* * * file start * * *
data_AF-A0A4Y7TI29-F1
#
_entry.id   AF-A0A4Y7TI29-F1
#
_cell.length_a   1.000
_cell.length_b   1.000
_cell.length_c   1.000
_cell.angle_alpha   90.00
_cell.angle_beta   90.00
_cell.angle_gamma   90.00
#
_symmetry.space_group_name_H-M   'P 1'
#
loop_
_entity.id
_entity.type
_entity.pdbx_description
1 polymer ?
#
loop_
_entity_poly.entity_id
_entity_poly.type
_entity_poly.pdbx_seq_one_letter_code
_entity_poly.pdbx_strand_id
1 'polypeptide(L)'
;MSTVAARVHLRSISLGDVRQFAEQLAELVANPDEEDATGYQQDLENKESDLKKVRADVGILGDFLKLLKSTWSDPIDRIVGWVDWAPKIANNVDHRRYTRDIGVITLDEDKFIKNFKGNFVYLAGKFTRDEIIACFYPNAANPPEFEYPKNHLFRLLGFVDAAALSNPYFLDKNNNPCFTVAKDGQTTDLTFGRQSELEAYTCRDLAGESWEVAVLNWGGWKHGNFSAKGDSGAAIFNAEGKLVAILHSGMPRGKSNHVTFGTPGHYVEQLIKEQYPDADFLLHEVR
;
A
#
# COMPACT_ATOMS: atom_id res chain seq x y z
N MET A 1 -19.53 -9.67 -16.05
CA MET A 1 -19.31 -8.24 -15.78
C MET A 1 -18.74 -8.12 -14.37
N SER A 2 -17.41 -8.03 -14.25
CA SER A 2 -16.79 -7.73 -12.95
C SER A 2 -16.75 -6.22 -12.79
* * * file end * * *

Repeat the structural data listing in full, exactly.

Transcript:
data_AF-A0A4Y7TI29-F1
#
_entry.id   AF-A0A4Y7TI29-F1
#
_cell.length_a   1.000
_cell.length_b   1.000
_cell.length_c   1.000
_cell.angle_alpha   90.00
_cell.angle_beta   90.00
_cell.angle_gamma   90.00
#
_symmetry.space_group_name_H-M   'P 1'
#
loop_
_entity.id
_entity.type
_entity.pdbx_description
1 polymer ?
#
loop_
_entity_poly.entity_id
_entity_poly.type
_entity_poly.pdbx_seq_one_letter_code
_entity_poly.pdbx_strand_id
1 'polypeptide(L)'
;MSTVAARVHLRSISLGDVRQFAEQLAELVANPDEEDATGYQQDLENKESDLKKVRADVGILGDFLKLLKSTWSDPIDRIVGWVDWAPKIANNVDHRRYTRDIGVITLDEDKFIKNFKGNFVYLAGKFTRDEIIACFYPNAANPPEFEYPKNHLFRLLGFVDAAALSNPYFLDKNNNPCFTVAKDGQTTDLTFGRQSELEAYTCRDLAGESWEVAVLNWGGWKHGNFSAKGDSGAAIFNAEGKLVAILHSGMPRGKSNHVTFGTPGHYVEQLIKEQYPDADFLLHEVR
;
A
#
# COMPACT_ATOMS: atom_id res chain seq x y z
N MET A 1 -19.53 -9.67 -16.05
CA MET A 1 -19.31 -8.24 -15.78
C MET A 1 -18.74 -8.12 -14.37
N SER A 2 -17.41 -8.03 -14.25
CA SER A 2 -16.79 -7.73 -12.95
C SER A 2 -16.75 -6.22 -12.79